Many applications such as modal filters or interferometers require fibers with single mode propagation. In terms of fiber design this implies a core/clad structure with a core size smaller than tens of microns. Conventional fibers preforms have a core/clad size ratio around 1/2 which would imply drawing a fiber with a total diameter much smaller than 100 μm in order to obtain the proper core size for single mode propagation. Considering the relatively poor mechanical resistance of telluride glass, this is not a practically viable approach and instead a double draw method must be adopted as depicted in the inset of Fig. 6. In this method a first core/clad preform is drawn once to reduce the core size and it is subsequently introduced in a second cladding to reduce the core/clad size ratio. This method results in low-loss single mode fibers with low attenuation of ~3dB/m in the 6-10 μm range as shown in Fig. 6. The single mode propagation is evidenced by imaging the output of a fiber coupled with a CO2 laser at 10.6 μm. The output image shown in the inset of Fig. 6 reveals a single circular mode as expected from the refractive index ration of 3.025/3014 between the core and the cladding.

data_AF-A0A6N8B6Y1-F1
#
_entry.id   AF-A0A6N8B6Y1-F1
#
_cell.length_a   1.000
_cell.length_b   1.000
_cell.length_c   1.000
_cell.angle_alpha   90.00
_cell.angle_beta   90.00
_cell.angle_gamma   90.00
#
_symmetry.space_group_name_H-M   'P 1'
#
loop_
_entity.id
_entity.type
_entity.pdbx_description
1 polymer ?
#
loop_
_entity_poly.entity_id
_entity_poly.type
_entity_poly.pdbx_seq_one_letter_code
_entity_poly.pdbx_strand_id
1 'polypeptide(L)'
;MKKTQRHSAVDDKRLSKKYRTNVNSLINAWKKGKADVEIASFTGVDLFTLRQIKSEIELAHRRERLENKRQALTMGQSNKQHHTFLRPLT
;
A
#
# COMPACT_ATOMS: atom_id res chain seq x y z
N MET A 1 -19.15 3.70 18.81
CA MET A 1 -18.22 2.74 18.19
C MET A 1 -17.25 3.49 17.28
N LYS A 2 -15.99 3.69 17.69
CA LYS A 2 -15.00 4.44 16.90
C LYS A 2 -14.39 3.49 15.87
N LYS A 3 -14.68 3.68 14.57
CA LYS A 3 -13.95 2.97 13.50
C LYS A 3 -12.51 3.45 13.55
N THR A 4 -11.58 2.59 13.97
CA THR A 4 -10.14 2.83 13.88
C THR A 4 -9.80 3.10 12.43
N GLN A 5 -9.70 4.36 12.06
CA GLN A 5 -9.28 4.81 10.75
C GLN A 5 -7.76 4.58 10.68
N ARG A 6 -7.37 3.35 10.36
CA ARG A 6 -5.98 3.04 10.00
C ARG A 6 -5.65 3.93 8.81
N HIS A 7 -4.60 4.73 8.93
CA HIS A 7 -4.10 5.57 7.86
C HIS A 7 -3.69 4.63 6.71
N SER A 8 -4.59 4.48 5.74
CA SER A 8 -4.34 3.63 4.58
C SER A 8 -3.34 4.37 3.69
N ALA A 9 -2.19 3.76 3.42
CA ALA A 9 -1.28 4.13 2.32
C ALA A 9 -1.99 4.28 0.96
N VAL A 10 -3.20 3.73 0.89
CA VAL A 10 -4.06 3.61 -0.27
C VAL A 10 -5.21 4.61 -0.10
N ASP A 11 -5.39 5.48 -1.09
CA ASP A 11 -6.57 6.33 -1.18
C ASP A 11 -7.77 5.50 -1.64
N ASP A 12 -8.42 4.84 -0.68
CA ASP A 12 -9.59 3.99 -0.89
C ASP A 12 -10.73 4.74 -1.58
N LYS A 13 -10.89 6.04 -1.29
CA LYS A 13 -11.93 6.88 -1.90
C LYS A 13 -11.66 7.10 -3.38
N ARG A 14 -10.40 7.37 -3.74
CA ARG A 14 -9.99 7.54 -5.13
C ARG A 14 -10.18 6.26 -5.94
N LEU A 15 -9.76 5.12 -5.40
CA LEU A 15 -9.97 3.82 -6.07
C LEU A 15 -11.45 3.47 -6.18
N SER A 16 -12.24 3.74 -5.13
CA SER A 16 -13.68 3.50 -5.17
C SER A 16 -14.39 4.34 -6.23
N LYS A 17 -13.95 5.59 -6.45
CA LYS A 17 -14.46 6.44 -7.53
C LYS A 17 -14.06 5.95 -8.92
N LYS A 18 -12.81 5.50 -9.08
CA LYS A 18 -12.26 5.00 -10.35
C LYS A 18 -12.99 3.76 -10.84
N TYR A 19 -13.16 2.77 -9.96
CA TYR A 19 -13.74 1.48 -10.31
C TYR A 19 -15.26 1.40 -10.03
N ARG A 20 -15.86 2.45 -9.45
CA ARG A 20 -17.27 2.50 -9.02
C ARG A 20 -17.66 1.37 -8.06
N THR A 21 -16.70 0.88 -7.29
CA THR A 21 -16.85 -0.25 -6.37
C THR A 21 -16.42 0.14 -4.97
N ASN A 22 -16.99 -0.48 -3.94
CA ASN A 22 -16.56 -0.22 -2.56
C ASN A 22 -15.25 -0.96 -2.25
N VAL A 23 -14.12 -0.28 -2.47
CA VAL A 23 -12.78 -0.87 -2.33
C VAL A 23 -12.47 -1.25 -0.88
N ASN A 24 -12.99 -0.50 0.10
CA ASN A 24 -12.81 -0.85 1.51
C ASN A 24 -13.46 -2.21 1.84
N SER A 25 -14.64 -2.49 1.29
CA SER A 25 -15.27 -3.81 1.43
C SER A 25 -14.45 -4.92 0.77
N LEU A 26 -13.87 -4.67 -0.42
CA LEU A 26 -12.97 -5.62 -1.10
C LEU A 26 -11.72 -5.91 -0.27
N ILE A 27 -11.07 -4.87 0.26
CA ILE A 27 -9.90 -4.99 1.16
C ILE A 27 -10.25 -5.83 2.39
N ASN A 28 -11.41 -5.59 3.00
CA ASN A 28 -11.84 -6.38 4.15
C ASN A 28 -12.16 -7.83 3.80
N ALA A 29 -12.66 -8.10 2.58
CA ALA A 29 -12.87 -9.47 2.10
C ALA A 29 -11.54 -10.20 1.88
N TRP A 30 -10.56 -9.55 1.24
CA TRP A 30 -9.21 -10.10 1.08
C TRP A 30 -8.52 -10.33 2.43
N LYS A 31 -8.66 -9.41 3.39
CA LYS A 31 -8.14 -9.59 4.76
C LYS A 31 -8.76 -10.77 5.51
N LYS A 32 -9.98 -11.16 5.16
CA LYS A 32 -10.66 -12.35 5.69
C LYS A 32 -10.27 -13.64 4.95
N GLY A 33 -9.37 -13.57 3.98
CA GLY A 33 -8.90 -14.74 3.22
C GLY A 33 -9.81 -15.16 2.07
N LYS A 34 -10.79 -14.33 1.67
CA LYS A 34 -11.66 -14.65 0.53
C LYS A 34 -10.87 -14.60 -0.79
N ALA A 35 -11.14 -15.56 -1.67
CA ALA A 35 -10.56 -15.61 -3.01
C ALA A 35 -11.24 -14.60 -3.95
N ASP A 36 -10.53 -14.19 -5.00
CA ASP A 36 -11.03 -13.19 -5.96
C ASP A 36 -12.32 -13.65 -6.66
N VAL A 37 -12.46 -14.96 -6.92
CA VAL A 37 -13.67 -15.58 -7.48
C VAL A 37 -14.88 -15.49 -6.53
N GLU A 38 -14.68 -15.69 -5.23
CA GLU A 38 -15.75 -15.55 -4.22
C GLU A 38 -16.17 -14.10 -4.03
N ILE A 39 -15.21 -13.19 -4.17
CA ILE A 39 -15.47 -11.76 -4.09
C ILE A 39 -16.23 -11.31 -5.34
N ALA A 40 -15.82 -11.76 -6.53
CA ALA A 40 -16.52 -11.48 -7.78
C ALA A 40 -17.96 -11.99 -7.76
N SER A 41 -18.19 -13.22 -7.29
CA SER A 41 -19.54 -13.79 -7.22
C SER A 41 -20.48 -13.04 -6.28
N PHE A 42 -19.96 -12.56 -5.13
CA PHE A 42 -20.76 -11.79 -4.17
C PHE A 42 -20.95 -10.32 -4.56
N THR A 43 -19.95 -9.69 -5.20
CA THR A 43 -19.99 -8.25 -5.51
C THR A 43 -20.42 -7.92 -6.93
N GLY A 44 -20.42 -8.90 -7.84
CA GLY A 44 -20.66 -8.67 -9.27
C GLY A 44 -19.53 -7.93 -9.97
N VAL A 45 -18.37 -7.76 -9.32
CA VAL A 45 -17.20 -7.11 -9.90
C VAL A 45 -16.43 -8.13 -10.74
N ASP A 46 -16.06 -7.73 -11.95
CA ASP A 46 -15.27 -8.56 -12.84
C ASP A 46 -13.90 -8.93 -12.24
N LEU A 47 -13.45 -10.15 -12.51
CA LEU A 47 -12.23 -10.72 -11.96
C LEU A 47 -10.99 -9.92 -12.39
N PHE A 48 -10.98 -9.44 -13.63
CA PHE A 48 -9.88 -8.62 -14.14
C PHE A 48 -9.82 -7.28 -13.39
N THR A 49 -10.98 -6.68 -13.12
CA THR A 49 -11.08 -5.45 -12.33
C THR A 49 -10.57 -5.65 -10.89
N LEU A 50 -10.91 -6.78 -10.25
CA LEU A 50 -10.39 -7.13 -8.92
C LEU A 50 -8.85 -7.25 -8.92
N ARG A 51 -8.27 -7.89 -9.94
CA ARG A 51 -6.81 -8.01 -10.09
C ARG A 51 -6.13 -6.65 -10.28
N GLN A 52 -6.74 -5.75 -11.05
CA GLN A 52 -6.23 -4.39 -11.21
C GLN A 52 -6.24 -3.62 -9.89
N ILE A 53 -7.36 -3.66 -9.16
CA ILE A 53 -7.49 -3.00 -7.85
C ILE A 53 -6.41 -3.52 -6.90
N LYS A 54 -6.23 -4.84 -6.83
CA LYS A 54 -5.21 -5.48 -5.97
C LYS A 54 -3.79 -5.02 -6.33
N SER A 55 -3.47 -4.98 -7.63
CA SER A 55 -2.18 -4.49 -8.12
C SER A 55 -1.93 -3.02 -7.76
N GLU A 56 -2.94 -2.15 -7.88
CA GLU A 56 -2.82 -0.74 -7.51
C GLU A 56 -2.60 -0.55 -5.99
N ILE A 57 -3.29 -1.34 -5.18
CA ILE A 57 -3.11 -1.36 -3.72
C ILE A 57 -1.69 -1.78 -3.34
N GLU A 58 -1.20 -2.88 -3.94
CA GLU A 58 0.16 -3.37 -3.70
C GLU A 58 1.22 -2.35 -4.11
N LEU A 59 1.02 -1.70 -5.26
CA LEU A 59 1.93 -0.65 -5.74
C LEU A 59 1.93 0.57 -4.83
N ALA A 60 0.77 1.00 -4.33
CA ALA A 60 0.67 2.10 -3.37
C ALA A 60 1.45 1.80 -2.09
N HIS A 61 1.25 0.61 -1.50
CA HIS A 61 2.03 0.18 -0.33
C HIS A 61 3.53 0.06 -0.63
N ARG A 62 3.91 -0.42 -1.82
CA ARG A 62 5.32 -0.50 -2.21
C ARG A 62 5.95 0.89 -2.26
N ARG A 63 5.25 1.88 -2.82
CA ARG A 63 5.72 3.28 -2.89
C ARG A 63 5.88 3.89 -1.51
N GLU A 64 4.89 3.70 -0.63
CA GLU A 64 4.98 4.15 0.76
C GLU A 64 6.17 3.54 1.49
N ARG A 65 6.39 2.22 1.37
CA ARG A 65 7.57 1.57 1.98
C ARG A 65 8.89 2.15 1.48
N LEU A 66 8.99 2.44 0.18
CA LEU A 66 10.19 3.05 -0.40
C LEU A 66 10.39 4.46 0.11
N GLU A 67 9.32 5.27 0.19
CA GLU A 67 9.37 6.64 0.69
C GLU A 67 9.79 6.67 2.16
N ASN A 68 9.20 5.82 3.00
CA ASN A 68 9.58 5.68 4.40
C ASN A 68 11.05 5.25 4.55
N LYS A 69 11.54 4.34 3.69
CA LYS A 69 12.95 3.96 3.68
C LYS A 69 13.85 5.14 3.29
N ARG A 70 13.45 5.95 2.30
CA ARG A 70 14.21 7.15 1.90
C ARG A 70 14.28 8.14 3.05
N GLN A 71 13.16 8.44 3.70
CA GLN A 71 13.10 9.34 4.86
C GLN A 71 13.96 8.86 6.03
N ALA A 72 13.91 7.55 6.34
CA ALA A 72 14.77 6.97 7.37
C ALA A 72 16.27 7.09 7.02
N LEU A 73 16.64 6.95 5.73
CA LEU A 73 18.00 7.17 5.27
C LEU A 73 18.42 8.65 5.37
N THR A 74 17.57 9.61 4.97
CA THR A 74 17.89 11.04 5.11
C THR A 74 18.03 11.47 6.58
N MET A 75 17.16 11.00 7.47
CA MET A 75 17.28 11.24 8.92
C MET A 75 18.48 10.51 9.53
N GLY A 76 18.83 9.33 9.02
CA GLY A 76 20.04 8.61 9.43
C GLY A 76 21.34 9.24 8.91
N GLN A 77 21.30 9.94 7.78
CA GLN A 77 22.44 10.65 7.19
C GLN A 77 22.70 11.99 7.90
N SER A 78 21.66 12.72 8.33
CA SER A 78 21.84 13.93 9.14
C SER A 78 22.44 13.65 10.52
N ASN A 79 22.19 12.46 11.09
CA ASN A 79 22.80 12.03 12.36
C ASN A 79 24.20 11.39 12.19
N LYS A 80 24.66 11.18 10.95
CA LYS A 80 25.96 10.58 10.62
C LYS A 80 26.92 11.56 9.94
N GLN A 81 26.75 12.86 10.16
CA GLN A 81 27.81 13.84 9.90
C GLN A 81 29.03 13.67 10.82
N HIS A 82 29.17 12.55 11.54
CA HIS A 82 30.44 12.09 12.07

Due to the two subsequent drawings required for this approach, the risk of crystallization is greatly enhanced and the glass must be further stabilized with an additional fraction of Se (~16%). It should also be noted that significant absorption peak appears near 4.5 and 5 μm which can be assigned to Se-H impurity arising from water interfacial contamination during the rod-in-tube fabrication of the core/clad structure.
In summary, it is found that the fabrication of long wave transmission fibers is faced with an intrinsic limitation due to the correlation between band gap and optical window. Fibers compositions exhibiting long wave transmission suffer from free carrier losses due to low energy band gap, while low loss fiber with wider band gap inherently have lower wavelength cut-off due to higher phonon energy. In term of fiber applications, the electrical conductivity is therefore very clearly detrimental; however we show in the next section that it can be turned into an advantage for the development of bio-sensors.